Google says advertisers and payment platforms help pirates do business
A report published by Google on Monday suggests that in order to fight online piracy, governments need to work closely with advertisers and payment processing platforms to stop illegal sources of revenue.
The study, conducted by BAE Systems Detica, in cooperation with copyright management company PRS for Music, focused on six “business models” used by websites considered to be infringing copyright. It found that the majority of the websites relied on display advertising, donations and subscription fees to keep going.
Detica analysed hundreds of websites reported by the rightsholders, classifying them by the number of unique visitors, IP addresses, the main sources of funding and the format of content. According to the report, the most efficient way to weed out copyright infringement is to “squeeze the pirates’ financing”.
Detica found that the number of users buying unlicensed music online is in decline, possibly caused by the easy access to legitimate music services. However, the number of websites streaming live TV is on the rise, and accounts for a third of all illegal online destinations. Some websites in this category are attracting up to a million unique users from the UK every month.
‘P2P Communities’ were identified as the second fastest growing group of pirate websites, with some getting as many as two million unique UK users monthly.
According to the report, one of the major sources of income for any pirate operation is advertising. Detica found that 86 percent of advertising displayed on the pirate sources originated from networks which are not members of UK self-regulatory bodies, such as Ad Choices.
At the same time, more than two-thirds of the sites that rely on payments, processed them through official channels and displayed major credit card logos.
The report suggests that rather than imposing blocks or filters that might threaten the rights of the netizens, governments should work together with advertising networks, payment processors and rightsholders, to block the revenue streams of pirate websites.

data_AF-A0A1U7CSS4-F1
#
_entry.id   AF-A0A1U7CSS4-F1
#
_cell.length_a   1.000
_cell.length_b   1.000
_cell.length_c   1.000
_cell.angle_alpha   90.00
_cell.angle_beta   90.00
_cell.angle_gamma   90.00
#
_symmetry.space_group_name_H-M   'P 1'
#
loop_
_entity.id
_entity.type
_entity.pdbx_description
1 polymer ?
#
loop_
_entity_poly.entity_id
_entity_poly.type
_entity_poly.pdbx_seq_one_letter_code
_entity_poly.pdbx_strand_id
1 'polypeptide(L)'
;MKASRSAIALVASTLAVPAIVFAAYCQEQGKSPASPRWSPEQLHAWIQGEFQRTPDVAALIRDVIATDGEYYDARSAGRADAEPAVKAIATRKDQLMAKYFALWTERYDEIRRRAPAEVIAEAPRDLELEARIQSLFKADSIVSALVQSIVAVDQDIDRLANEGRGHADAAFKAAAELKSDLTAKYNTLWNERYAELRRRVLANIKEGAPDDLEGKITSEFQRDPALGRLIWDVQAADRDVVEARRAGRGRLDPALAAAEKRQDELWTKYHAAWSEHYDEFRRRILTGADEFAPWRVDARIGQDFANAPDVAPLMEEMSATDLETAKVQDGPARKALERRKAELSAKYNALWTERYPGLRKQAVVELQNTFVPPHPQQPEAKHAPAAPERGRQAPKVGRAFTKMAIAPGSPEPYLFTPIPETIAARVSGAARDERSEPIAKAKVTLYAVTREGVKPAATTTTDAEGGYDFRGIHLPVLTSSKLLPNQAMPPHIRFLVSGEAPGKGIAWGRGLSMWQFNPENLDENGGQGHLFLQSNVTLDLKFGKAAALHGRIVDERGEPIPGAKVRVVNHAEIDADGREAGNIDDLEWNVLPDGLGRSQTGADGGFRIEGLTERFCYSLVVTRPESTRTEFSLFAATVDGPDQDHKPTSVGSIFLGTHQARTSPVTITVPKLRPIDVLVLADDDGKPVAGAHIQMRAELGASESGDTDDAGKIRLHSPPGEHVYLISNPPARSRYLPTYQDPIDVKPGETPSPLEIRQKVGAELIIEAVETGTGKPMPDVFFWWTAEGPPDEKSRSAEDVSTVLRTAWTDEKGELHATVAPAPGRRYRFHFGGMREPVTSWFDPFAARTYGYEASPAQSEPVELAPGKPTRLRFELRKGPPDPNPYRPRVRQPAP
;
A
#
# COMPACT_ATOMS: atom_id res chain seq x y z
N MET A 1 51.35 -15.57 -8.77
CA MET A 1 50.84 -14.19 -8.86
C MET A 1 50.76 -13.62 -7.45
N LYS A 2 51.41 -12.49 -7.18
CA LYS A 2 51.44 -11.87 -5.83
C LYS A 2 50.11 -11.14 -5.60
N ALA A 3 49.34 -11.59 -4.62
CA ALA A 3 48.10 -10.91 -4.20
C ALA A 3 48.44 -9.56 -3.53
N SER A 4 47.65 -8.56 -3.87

For example, online advertisers could be encouraged to sign up with industry bodies that have a strong code of conduct, while online payment platforms could be asked to refuse to deal with pirates.
The report has failed to take into account the fact that many modern peer-to-peer networks ignore websites altogether, allowing direct communication and exchange of content between the users through software applications and “magnet” links.
Even though copyright infringement remains a painful issue, the overall impact of piracy on the music industry in the UK seems to be decreasing. Trade organisation BPI says that digital music accounted for 55.5 percent of record industry revenues in the first quarter of this year, while ad-supported music services like Spotify and We7 grew year on year by 23.6 percent. This resulted in overall growth of the music sector by 2.7 percent.
Last month, Google started to offer statistics on copyright infringement and search result takedown requests as part of its Transparency Report, in order to “contribute to the discussion” around online piracy.
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